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January 20, 2012
For More Information, contact:
Luther Strange
Joy Patterson (334) 242-7491
Alabama Attorney General
Suzanne Webb (334) 242-7351
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(MONTGOMERY) – Attorney General Luther Strange called a ruling today by
the U.S. Supreme Court “a tremendously important victory for the rights of state
legislatures to determine district lines for voting.” In a unanimous decision in Perry v.
Perez et al., the U.S. Supreme Court ruled that a federal trial court was wrong to
disregard the Texas Legislature’s plan to redraw the State’s district lines for the
upcoming 2012 elections. The State of Alabama filed an amicus brief in support of Texas
that was joined by several other states.

Following the 2010 Census, the State of Texas redrew state legislative and
Congressional district lines due to significant changes in its population. Section 5 of the
federal Voting Rights Act requires Texas, Alabama, and several other States to seek
permission to change their election laws from either the U.S. Justice Department or the
U.S. District Court for the District of Columbia. As required by Section 5, Texas
submitted its new district maps for preclearance, filing this request with the U.S.
District Court for the District of Columbia. But, while the State’s preclearance request
was pending, the U.S. District Court for the Western District of Texas prepared its own
redistricting plans, which expressly disregarded the plans already drawn by the

The State of Alabama’s amicus brief to the U.S. Supreme Court was joined by the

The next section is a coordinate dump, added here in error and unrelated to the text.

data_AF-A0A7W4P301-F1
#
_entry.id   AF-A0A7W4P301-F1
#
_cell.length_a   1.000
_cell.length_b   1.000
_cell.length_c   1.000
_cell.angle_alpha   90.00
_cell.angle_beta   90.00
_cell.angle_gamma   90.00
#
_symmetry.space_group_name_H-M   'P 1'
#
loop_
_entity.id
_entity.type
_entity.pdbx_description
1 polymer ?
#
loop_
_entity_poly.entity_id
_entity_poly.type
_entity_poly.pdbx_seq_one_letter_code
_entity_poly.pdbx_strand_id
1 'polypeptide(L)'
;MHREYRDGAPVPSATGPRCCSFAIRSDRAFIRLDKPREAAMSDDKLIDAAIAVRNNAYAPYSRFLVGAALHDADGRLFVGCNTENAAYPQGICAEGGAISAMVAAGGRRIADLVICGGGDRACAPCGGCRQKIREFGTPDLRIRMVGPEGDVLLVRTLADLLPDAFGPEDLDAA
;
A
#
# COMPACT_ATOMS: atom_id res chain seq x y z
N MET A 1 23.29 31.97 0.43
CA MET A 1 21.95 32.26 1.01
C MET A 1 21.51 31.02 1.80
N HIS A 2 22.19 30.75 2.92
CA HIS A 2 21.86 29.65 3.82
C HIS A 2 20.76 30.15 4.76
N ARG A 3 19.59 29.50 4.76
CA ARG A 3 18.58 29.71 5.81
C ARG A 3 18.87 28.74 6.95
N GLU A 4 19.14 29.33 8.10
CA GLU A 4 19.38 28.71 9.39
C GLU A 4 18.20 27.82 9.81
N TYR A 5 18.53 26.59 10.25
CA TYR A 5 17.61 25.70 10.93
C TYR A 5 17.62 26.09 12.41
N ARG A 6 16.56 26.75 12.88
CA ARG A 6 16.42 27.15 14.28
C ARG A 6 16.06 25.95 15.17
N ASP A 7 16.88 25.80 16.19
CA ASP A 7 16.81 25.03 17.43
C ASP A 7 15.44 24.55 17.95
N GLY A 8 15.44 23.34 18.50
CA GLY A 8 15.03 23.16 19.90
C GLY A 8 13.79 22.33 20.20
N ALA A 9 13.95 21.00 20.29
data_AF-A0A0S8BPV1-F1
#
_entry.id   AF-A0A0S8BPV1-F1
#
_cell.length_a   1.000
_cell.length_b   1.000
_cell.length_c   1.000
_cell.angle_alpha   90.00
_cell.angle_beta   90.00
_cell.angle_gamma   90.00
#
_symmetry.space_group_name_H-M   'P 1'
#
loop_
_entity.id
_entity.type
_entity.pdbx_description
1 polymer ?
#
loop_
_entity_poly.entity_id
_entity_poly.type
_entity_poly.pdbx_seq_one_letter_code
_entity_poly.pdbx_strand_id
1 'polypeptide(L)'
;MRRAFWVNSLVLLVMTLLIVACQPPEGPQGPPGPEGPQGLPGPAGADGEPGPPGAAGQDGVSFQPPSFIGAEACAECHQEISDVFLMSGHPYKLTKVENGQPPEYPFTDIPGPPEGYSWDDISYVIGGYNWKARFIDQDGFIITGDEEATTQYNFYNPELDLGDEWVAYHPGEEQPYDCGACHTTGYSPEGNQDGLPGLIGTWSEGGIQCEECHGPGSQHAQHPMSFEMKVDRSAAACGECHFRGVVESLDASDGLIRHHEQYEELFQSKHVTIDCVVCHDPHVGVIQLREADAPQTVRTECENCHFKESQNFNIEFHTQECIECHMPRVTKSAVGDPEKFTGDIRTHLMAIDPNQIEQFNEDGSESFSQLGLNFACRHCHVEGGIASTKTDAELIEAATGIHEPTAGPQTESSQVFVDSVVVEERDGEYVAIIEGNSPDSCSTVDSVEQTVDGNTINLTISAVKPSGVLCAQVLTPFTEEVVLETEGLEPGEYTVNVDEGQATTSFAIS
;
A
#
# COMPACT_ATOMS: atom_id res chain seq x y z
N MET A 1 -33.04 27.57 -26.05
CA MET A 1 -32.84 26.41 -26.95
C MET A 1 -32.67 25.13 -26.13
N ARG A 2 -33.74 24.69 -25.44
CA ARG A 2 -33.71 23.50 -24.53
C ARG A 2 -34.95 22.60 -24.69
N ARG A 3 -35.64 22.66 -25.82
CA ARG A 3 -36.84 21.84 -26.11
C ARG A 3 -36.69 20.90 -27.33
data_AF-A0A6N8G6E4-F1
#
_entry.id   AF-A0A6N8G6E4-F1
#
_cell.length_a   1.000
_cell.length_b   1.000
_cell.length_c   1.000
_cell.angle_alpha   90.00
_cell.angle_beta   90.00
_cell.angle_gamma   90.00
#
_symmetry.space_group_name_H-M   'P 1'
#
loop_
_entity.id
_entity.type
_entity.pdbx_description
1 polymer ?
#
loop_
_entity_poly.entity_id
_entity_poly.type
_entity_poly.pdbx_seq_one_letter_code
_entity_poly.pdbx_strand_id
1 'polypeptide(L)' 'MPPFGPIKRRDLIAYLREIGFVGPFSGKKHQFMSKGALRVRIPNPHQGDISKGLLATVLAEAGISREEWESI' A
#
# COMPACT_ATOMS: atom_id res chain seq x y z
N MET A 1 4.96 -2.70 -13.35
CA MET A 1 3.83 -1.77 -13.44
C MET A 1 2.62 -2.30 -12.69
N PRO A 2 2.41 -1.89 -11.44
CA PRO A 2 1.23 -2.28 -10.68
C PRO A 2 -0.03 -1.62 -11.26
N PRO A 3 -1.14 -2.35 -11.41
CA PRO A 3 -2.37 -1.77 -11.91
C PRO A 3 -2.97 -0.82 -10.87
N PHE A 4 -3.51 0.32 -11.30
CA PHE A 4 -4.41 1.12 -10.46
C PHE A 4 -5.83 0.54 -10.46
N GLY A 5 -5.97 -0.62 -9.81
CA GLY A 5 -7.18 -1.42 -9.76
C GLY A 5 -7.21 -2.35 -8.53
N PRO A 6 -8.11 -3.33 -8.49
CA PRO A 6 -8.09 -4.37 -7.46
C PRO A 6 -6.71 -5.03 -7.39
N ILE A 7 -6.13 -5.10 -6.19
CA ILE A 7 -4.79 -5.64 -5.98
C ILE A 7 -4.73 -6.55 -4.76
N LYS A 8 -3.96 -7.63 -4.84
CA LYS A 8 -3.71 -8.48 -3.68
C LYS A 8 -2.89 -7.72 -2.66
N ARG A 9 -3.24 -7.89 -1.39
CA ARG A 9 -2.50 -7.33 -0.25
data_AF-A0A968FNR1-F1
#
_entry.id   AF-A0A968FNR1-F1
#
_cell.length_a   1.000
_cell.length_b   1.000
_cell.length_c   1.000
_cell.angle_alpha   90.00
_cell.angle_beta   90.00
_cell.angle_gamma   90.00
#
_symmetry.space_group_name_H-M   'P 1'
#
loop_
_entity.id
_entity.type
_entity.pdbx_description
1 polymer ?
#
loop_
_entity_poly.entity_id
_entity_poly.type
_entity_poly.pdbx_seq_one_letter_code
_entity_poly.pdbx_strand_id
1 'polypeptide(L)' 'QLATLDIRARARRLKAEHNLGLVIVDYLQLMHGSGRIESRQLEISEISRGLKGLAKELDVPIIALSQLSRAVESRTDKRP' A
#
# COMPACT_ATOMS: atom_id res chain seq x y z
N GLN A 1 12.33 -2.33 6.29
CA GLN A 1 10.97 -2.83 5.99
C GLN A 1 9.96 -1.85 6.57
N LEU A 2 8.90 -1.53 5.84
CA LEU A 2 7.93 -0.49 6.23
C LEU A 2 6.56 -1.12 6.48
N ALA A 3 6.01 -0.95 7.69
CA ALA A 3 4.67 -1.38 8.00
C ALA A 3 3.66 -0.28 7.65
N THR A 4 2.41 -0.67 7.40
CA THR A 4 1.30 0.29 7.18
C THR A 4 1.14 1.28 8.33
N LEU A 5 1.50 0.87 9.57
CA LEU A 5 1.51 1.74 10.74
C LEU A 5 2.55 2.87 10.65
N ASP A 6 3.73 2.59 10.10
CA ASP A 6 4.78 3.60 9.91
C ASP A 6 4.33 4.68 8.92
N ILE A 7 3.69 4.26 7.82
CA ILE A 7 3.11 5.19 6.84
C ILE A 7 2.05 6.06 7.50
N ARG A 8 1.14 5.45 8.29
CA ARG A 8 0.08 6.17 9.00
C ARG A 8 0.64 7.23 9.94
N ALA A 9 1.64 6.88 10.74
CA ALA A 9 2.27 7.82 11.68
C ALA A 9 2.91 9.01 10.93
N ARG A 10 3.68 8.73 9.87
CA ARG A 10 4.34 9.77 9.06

States of Virginia, Florida, South Carolina, Arizona, Georgia, Michigan and Louisiana,
which are all states covered in whole or part by Section 5 of the Voting Rights Act.

Alabama’s brief argued that the U.S. District Court for the Western District of
Texas was wrong to disregard the legislature’s plans. “On the facts of this case, the
common sense solution is to defer to the State’s plan except to the extent it needs to be
modified for likely violations of federal law.” The brief also observed that, “the
Constitution expressly places the responsibility for congressional apportionment on
state legislatures (and) because the lower court did not find any likely violations of
federal law, the effect of the lower court’s decision is to elevate the unsubstantiated
allegations of private litigants over the plans adopted by a majority of the Texas


501 Washington Avenue Montgomery, AL 36104 (334) 242-7300
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In its ruling today, the U.S. Supreme Court agreed with Alabama’s brief.
The U.S. Supreme Court held: “To avoid being compelled to make such otherwise
standardless decisions, a district court should take guidance from the State’s recently
enacted plan in drafting an interim plan. That plan reflects the State’s policy judgments
on where to place new districts and how to shift the existing ones in response to
massive population growth.” The U.S. Supreme Court went on to note in its ruling that
even though preclearance has not yet been granted, “that does not mean that the plan is
of no account or that the policy judgments it reflects can be disregarded by a district
court drawing an interim plan. On the contrary, the state plan serves as a starting point
for the district court. It provides important guidance that helps ensure that the District
Court appropriately confines itself to drawing interim maps that comply with the
Constitution and the Voting Rights Act, without displacing legitimate state policy
judgments with the court’s own preferences.”